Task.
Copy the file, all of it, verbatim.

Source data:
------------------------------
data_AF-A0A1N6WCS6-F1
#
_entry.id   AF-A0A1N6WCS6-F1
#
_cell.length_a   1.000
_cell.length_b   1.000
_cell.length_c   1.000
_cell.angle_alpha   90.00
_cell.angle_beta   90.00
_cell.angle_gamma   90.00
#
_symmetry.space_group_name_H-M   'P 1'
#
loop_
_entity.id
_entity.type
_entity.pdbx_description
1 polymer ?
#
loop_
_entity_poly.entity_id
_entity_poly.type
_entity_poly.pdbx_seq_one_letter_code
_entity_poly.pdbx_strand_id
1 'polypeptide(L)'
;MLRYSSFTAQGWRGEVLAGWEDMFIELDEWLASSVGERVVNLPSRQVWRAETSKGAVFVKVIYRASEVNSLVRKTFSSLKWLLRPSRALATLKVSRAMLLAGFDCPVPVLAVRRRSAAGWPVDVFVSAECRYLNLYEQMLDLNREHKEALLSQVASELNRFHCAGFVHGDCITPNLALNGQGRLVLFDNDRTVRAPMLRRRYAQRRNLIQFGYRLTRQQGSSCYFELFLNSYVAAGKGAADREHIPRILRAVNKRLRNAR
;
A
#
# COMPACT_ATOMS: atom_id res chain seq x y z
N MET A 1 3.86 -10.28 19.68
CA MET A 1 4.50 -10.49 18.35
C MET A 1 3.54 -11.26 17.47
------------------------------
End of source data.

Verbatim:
data_AF-A0A1N6WCS6-F1
#
_entry.id   AF-A0A1N6WCS6-F1
#
_cell.length_a   1.000
_cell.length_b   1.000
_cell.length_c   1.000
_cell.angle_alpha   90.00
_cell.angle_beta   90.00
_cell.angle_gamma   90.00
#
_symmetry.space_group_name_H-M   'P 1'
#
loop_
_entity.id
_entity.type
_entity.pdbx_description
1 polymer ?
#
loop_
_entity_poly.entity_id
_entity_poly.type
_entity_poly.pdbx_seq_one_letter_code
_entity_poly.pdbx_strand_id
1 'polypeptide(L)'
;MLRYSSFTAQGWRGEVLAGWEDMFIELDEWLASSVGERVVNLPSRQVWRAETSKGAVFVKVIYRASEVNSLVRKTFSSLKWLLRPSRALATLKVSRAMLLAGFDCPVPVLAVRRRSAAGWPVDVFVSAECRYLNLYEQMLDLNREHKEALLSQVASELNRFHCAGFVHGDCITPNLALNGQGRLVLFDNDRTVRAPMLRRRYAQRRNLIQFGYRLTRQQGSSCYFELFLNSYVAAGKGAADREHIPRILRAVNKRLRNAR
;
A
#
# COMPACT_ATOMS: atom_id res chain seq x y z
N MET A 1 3.86 -10.28 19.68
CA MET A 1 4.50 -10.49 18.35
C MET A 1 3.54 -11.26 17.47